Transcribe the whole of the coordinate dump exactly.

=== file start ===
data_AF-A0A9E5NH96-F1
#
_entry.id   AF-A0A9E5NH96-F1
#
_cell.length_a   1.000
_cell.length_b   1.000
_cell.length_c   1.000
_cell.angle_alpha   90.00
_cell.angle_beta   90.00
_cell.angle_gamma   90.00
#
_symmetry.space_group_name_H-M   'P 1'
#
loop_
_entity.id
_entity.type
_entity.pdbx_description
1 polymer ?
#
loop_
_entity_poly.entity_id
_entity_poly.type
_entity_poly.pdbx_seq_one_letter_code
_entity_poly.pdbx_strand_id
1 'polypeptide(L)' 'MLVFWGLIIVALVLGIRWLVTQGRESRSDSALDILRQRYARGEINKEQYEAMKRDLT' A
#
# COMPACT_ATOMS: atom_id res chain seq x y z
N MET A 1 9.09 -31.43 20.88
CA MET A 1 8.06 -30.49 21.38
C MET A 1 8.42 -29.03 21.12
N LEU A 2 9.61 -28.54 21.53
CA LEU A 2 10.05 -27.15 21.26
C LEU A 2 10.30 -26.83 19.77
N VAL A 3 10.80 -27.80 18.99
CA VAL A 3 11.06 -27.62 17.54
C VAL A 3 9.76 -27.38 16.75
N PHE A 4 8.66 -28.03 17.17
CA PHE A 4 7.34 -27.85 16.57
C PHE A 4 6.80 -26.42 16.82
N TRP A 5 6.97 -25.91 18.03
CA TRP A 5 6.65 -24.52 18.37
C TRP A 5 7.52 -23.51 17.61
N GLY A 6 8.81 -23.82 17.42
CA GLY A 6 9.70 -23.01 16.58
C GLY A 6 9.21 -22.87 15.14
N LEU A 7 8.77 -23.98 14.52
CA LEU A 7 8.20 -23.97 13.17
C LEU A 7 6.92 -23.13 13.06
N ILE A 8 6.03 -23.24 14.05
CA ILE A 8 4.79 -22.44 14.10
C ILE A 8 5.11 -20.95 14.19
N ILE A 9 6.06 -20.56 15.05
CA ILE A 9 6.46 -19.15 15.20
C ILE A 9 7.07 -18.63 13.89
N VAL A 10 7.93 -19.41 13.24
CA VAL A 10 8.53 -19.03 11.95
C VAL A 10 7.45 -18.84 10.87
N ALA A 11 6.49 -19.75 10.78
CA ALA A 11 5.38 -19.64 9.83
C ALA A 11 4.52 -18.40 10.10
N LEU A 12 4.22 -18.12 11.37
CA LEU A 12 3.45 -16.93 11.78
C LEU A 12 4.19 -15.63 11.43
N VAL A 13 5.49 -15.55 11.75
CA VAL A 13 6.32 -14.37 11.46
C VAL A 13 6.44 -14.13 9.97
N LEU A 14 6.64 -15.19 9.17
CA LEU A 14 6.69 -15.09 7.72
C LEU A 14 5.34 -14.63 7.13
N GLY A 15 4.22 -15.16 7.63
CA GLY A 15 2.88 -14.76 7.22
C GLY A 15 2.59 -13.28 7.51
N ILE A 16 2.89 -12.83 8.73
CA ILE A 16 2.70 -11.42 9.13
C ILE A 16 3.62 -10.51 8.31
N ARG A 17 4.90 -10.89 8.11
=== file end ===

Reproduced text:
data_AF-A0A9E5NH96-F1
#
_entry.id   AF-A0A9E5NH96-F1
#
_cell.length_a   1.000
_cell.length_b   1.000
_cell.length_c   1.000
_cell.angle_alpha   90.00
_cell.angle_beta   90.00
_cell.angle_gamma   90.00
#
_symmetry.space_group_name_H-M   'P 1'
#
loop_
_entity.id
_entity.type
_entity.pdbx_description
1 polymer ?
#
loop_
_entity_poly.entity_id
_entity_poly.type
_entity_poly.pdbx_seq_one_letter_code
_entity_poly.pdbx_strand_id
1 'polypeptide(L)' 'MLVFWGLIIVALVLGIRWLVTQGRESRSDSALDILRQRYARGEINKEQYEAMKRDLT' A
#
# COMPACT_ATOMS: atom_id res chain seq x y z
N MET A 1 9.09 -31.43 20.88
CA MET A 1 8.06 -30.49 21.38
C MET A 1 8.42 -29.03 21.12
N LEU A 2 9.61 -28.54 21.53
CA LEU A 2 10.05 -27.15 21.26
C LEU A 2 10.30 -26.83 19.77
N VAL A 3 10.80 -27.80 18.99
CA VAL A 3 11.06 -27.62 17.54
C VAL A 3 9.76 -27.38 16.75
N PHE A 4 8.66 -28.03 17.17
CA PHE A 4 7.34 -27.85 16.57
C PHE A 4 6.80 -26.42 16.82
N TRP A 5 6.97 -25.91 18.03
CA TRP A 5 6.65 -24.52 18.37
C TRP A 5 7.52 -23.51 17.61
N GLY A 6 8.81 -23.82 17.42
CA GLY A 6 9.70 -23.01 16.58
C GLY A 6 9.21 -22.87 15.14
N LEU A 7 8.77 -23.98 14.52
CA LEU A 7 8.20 -23.97 13.17
C LEU A 7 6.92 -23.13 13.06
N ILE A 8 6.03 -23.24 14.05
CA ILE A 8 4.79 -22.44 14.10
C ILE A 8 5.11 -20.95 14.19
N ILE A 9 6.06 -20.56 15.05
CA ILE A 9 6.46 -19.15 15.20
C ILE A 9 7.07 -18.63 13.89
N VAL A 10 7.93 -19.41 13.24
CA VAL A 10 8.53 -19.03 11.95
C VAL A 10 7.45 -18.84 10.87
N ALA A 11 6.49 -19.75 10.78
CA ALA A 11 5.38 -19.64 9.83
C ALA A 11 4.52 -18.40 10.10
N LEU A 12 4.22 -18.12 11.37
CA LEU A 12 3.45 -16.93 11.78
C LEU A 12 4.19 -15.63 11.43
N VAL A 13 5.49 -15.55 11.75
CA VAL A 13 6.32 -14.37 11.46
C VAL A 13 6.44 -14.13 9.97
N LEU A 14 6.64 -15.19 9.17
CA LEU A 14 6.69 -15.09 7.72
C LEU A 14 5.34 -14.63 7.13
N GLY A 15 4.22 -15.16 7.63
CA GLY A 15 2.88 -14.76 7.22
C GLY A 15 2.59 -13.28 7.51
N ILE A 16 2.89 -12.83 8.73
CA ILE A 16 2.70 -11.42 9.13
C ILE A 16 3.62 -10.51 8.31
N ARG A 17 4.90 -10.89 8.11